Volume 21, Number 22 | The Newspaper of Lower Manhattan | Oct. 10 - 16, 2008
Pool photo by Shannon Stapleton/Reuters
Sen. Barack Obama spoke with Mayor Bloomberg on Sept. 11 at the World Trade Center site. Obama’s campaign said he would support a bill to provide health care for anyone suffering health problems because of 9/11, but the mayor has withdrawn his support for the measure.
Obama backs 9/11 health bill
By Josh Rogers
Barack Obama’s campaign said last week that he supports an $11 billion bill to provide care and monitoring to anyone who is having health problems because of 9/11.
“Yes, Obama does support the bill,” Blake Zeff, New York communications director for the presidential campaign, wrote in an email to Downtown Express last Thursday. Obama’s support for the bill was first reported at downtownexpress.com later that day, Oct. 2.
The bill would reopen the 9/11 victims compensation fund to provide health money for people who can demonstrate health problems from the toxic chemicals and dust that covered Lower Manhattan after 9/11.
There have been several deaths attributed to 9/11, and doctors from Mount Sinai, St. Vincent’s and other medical centers say they have treated many people who worked at ground zero or lived or worked in the area who are suffering from respiratory and other ailments they believe were caused by the attack.
Sen. Hillary Clinton, Obama’s primary opponent, has led the fight in the Senate to get a measure passed, although she has not introduced a new bill. She is working on a bill that can pass the Senate, but advocates don’t expect it to be introduced until next year.
A House version of the bill failed to pass two weeks ago when Mayor Mike Bloomberg withdrew his support after raising objections to the city’s financial obligations.
The New York Times reported that Obama and Clinton spoke at length on the Senate floor last Wednesday during the debate on the Wall St. bailout package, but it’s unclear if the 9/11 health bill was discussed.
Eric Bederman, a Clinton spokesperson, released this statement: “Senator Clinton continues to work with her colleagues on the HELP Committee to develop a bipartisan long-term solution for the health needs faced by responders, workers, volunteers, residents, students and others who were affected by the World Trade Center attacks.”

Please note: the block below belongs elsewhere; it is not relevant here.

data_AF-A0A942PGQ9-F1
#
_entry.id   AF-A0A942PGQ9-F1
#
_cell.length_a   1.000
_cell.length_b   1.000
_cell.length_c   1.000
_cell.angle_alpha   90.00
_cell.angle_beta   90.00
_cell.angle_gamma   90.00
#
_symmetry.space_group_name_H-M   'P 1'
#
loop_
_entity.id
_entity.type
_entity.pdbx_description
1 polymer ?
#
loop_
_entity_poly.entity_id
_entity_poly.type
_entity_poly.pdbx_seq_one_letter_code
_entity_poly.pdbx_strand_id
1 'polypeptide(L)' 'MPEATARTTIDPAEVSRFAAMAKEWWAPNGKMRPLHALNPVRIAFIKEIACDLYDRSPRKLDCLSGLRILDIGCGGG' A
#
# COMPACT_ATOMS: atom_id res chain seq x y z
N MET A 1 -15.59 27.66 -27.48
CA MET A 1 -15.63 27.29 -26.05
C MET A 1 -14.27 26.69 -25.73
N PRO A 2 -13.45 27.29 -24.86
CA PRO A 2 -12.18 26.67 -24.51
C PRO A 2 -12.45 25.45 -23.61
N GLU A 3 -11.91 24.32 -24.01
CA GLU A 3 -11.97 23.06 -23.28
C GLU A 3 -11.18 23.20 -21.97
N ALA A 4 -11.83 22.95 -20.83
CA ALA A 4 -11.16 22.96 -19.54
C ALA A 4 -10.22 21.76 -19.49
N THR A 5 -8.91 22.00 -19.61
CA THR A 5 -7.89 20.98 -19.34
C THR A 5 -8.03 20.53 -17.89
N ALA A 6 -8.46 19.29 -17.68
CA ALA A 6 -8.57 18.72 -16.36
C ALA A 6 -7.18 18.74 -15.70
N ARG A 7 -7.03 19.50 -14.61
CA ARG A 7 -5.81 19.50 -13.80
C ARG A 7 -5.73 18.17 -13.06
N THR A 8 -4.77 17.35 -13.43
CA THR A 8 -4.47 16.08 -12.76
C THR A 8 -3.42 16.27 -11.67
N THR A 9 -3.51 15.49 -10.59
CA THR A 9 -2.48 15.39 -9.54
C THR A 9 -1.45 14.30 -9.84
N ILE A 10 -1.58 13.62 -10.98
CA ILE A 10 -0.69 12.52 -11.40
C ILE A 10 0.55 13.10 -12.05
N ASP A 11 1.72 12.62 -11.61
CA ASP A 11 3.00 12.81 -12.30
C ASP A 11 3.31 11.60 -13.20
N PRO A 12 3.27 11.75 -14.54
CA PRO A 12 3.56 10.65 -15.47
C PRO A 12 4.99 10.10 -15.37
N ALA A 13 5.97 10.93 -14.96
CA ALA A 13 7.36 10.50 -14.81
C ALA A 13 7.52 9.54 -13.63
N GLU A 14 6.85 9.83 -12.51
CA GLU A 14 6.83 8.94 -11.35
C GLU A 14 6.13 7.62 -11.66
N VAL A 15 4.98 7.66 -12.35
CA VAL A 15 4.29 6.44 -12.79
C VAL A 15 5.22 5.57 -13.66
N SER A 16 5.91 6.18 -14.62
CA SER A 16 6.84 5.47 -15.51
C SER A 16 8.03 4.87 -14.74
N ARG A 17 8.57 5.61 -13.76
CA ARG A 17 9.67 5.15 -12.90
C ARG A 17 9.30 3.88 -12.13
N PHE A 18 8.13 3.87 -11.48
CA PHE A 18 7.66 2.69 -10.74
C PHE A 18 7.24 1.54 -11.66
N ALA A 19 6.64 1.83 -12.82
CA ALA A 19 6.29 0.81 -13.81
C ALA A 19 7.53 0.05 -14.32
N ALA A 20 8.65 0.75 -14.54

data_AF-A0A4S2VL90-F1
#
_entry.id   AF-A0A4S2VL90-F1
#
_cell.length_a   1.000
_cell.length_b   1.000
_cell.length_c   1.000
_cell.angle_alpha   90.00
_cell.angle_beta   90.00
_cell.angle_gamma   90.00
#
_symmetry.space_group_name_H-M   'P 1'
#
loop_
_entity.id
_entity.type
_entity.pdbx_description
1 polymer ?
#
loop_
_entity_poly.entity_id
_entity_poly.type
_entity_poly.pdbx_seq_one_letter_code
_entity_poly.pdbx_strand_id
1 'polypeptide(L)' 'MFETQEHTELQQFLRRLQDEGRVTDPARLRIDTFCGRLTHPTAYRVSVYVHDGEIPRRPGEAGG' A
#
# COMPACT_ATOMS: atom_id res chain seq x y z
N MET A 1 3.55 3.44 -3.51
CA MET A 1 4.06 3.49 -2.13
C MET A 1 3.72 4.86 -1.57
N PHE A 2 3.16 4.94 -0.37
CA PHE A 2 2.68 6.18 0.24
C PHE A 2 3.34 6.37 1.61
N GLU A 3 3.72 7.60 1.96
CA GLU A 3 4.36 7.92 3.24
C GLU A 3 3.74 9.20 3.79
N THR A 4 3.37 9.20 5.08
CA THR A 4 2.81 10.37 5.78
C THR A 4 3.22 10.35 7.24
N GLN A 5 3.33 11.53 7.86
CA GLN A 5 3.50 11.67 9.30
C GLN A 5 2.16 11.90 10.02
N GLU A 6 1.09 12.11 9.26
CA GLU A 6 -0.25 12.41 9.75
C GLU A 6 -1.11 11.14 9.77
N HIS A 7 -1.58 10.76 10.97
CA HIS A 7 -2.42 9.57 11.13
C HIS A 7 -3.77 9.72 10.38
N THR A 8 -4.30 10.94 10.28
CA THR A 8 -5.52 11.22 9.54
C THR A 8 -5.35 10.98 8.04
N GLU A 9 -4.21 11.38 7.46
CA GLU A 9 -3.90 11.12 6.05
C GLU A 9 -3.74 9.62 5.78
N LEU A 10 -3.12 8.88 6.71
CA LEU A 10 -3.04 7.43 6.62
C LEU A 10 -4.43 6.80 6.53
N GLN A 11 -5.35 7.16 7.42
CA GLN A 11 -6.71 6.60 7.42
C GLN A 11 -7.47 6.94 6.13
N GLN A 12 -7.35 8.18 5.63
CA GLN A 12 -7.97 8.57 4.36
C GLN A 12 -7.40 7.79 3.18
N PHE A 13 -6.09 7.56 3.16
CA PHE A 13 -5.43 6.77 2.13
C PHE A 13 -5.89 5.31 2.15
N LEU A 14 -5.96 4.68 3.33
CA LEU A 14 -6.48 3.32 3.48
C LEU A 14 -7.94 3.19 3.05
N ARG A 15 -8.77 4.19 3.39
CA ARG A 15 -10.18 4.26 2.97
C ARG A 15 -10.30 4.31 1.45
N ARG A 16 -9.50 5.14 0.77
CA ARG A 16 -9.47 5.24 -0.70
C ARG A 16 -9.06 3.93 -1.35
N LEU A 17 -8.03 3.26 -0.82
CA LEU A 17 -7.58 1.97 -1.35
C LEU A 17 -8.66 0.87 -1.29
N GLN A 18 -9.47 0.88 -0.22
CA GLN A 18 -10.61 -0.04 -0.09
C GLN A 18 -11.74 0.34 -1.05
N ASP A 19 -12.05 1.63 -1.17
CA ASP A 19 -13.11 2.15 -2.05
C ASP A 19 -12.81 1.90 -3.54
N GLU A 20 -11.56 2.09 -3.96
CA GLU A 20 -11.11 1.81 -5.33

The Democratic presidential nominee’s decision to support the bill, coincidental or not, does appear to have been made around the time he spoke with Clinton. Zeff declined to comment on Obama’s position until the day after the two Senators spoke.
The Express contacted the campaign after learning that Alaska Governor Sarah Palin, the Republican vice presidential nominee, expressed support for workers, volunteers and residents suffering from 9/11 when she visited the Tribute WTC Visitor Center two weeks ago.
She did not say she was supporting the House bill, and a McCain-Palin spokesperson said last month that Sen. John McCain would wait until a Senate bill is introduced before he considered whether or not to support it.
Two advocates of the House bill, both strong supporters of Clinton’s presidential campaign, said they were glad to get Obama’s support.
Catherine McVay Hughes, a Lower Manhattan resident who has worked with Clinton’s office on 9/11 health concerns, said: “I would have been surprised if Sen. Obama did not support the bill but it’s terrific that he’s formally committed to supporting it at this particular time.”
“The news that Senator Obama supports our 9/11 health bill is very welcome,” U.S Rep. Jerrold Nadler, a bill sponsor, said in a statement. “This isn’t a partisan issue, but a matter of providing much-needed health care and compensation for our first responders and community members who have suffered because of 9/11. I hope Senator McCain will announce his support for the bill as well.”